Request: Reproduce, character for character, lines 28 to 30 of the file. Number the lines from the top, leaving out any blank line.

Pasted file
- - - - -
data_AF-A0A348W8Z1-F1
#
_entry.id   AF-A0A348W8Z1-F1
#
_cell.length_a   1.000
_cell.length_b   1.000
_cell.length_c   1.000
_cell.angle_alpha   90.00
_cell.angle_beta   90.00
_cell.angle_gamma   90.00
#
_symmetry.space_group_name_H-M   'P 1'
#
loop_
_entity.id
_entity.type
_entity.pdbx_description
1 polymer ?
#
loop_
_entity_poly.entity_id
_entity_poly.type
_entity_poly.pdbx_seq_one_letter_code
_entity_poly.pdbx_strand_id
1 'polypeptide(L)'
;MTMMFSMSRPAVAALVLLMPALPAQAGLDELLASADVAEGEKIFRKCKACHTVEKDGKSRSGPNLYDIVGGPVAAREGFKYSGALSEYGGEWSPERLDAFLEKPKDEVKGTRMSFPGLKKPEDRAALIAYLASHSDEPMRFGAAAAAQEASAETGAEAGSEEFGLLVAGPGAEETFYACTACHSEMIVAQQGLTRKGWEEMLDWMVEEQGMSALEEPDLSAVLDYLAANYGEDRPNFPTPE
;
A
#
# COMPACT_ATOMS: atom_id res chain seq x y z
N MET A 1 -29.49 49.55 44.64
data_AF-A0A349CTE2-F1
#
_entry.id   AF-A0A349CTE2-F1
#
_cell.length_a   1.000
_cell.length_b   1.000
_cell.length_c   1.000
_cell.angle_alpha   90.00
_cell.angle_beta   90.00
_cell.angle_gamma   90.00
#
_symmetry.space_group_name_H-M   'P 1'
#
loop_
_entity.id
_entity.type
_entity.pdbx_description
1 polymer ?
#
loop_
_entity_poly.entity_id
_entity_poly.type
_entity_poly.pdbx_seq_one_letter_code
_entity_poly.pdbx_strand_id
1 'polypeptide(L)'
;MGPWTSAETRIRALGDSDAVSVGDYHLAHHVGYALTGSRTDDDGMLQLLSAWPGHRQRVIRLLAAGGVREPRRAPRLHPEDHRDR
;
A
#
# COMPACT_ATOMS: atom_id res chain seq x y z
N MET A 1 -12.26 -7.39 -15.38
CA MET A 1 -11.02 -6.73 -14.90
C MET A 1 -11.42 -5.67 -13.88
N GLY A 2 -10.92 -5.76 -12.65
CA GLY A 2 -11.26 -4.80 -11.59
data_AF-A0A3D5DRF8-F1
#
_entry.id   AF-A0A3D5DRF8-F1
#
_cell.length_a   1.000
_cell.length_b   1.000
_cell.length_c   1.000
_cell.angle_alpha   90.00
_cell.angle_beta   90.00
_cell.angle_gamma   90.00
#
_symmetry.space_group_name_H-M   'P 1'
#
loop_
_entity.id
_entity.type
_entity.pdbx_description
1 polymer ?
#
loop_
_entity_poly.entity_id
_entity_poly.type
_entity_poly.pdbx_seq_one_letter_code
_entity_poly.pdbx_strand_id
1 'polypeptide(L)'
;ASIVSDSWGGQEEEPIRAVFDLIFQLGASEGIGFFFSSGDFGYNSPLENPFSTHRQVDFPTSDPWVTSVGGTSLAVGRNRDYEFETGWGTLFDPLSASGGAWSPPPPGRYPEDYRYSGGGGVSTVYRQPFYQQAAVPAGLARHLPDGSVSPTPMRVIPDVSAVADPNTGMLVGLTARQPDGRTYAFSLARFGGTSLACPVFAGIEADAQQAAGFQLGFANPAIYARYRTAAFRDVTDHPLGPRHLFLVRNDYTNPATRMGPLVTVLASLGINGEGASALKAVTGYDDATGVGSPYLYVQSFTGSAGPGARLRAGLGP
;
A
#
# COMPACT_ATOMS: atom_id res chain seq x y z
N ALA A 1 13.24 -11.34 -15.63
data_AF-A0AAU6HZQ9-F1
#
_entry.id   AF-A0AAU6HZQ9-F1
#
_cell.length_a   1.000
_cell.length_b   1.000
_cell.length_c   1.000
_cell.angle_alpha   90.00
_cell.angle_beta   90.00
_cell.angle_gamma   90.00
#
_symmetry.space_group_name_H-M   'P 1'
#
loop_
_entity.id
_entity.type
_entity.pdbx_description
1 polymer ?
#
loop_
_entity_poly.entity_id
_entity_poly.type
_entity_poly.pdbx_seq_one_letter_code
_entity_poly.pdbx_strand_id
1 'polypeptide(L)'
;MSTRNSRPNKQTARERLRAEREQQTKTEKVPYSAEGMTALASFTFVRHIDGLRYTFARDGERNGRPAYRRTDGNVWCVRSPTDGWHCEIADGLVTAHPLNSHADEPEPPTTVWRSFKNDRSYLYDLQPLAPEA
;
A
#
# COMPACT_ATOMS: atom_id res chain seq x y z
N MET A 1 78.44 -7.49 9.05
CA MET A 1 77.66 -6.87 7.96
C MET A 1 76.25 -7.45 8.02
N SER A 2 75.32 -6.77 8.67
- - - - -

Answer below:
A
#
# COMPACT_ATOMS: atom_id res chain seq x y z